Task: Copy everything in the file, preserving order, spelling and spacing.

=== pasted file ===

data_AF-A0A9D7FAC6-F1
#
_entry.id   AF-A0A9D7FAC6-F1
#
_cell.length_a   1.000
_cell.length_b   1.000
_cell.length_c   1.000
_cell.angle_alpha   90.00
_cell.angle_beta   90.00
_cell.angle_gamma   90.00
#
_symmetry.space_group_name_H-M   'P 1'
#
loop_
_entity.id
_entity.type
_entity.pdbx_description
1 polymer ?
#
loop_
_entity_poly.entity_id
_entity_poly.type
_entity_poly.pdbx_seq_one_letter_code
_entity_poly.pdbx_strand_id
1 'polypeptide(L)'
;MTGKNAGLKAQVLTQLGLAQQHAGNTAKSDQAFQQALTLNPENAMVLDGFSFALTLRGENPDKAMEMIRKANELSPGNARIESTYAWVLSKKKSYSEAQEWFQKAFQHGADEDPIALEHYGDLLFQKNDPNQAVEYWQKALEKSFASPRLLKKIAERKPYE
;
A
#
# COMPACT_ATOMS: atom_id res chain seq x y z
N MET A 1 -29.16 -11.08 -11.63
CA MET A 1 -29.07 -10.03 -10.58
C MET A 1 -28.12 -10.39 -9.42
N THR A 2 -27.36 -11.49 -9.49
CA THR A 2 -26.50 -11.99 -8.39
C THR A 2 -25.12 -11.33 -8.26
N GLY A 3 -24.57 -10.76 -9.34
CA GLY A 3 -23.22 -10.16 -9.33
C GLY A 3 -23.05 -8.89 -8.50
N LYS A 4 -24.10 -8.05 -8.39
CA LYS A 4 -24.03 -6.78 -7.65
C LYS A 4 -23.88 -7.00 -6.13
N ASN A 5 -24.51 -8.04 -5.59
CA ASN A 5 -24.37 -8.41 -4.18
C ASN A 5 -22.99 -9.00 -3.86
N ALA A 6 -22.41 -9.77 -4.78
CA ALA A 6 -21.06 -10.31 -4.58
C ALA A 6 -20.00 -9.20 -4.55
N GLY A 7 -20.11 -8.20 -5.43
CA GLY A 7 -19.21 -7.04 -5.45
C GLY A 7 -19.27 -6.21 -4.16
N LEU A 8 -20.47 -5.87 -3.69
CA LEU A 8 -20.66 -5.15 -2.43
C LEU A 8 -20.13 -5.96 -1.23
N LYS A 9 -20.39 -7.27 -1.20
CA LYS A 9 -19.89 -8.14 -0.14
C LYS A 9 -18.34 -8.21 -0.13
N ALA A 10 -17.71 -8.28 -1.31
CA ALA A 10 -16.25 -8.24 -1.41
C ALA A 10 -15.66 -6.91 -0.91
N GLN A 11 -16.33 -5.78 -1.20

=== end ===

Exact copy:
data_AF-A0A9D7FAC6-F1
#
_entry.id   AF-A0A9D7FAC6-F1
#
_cell.length_a   1.000
_cell.length_b   1.000
_cell.length_c   1.000
_cell.angle_alpha   90.00
_cell.angle_beta   90.00
_cell.angle_gamma   90.00
#
_symmetry.space_group_name_H-M   'P 1'
#
loop_
_entity.id
_entity.type
_entity.pdbx_description
1 polymer ?
#
loop_
_entity_poly.entity_id
_entity_poly.type
_entity_poly.pdbx_seq_one_letter_code
_entity_poly.pdbx_strand_id
1 'polypeptide(L)'
;MTGKNAGLKAQVLTQLGLAQQHAGNTAKSDQAFQQALTLNPENAMVLDGFSFALTLRGENPDKAMEMIRKANELSPGNARIESTYAWVLSKKKSYSEAQEWFQKAFQHGADEDPIALEHYGDLLFQKNDPNQAVEYWQKALEKSFASPRLLKKIAERKPYE
;
A
#
# COMPACT_ATOMS: atom_id res chain seq x y z
N MET A 1 -29.16 -11.08 -11.63
CA MET A 1 -29.07 -10.03 -10.58
C MET A 1 -28.12 -10.39 -9.42
N THR A 2 -27.36 -11.49 -9.49
CA THR A 2 -26.50 -11.99 -8.39
C THR A 2 -25.12 -11.33 -8.26
N GLY A 3 -24.57 -10.76 -9.34
CA GLY A 3 -23.22 -10.16 -9.33
C GLY A 3 -23.05 -8.89 -8.50
N LYS A 4 -24.10 -8.05 -8.39
CA LYS A 4 -24.03 -6.78 -7.65
C LYS A 4 -23.88 -7.00 -6.13
N ASN A 5 -24.51 -8.04 -5.59
CA ASN A 5 -24.37 -8.41 -4.18
C ASN A 5 -22.99 -9.00 -3.86
N ALA A 6 -22.41 -9.77 -4.78
CA ALA A 6 -21.06 -10.31 -4.58
C ALA A 6 -20.00 -9.20 -4.55
N GLY A 7 -20.11 -8.20 -5.43
CA GLY A 7 -19.21 -7.04 -5.45
C GLY A 7 -19.27 -6.21 -4.16
N LEU A 8 -20.47 -5.87 -3.69
CA LEU A 8 -20.66 -5.15 -2.43
C LEU A 8 -20.13 -5.96 -1.23
N LYS A 9 -20.39 -7.27 -1.20
CA LYS A 9 -19.89 -8.14 -0.14
C LYS A 9 -18.34 -8.21 -0.13
N ALA A 10 -17.71 -8.28 -1.31
CA ALA A 10 -16.25 -8.24 -1.41
C ALA A 10 -15.66 -6.91 -0.91
N GLN A 11 -16.33 -5.78 -1.20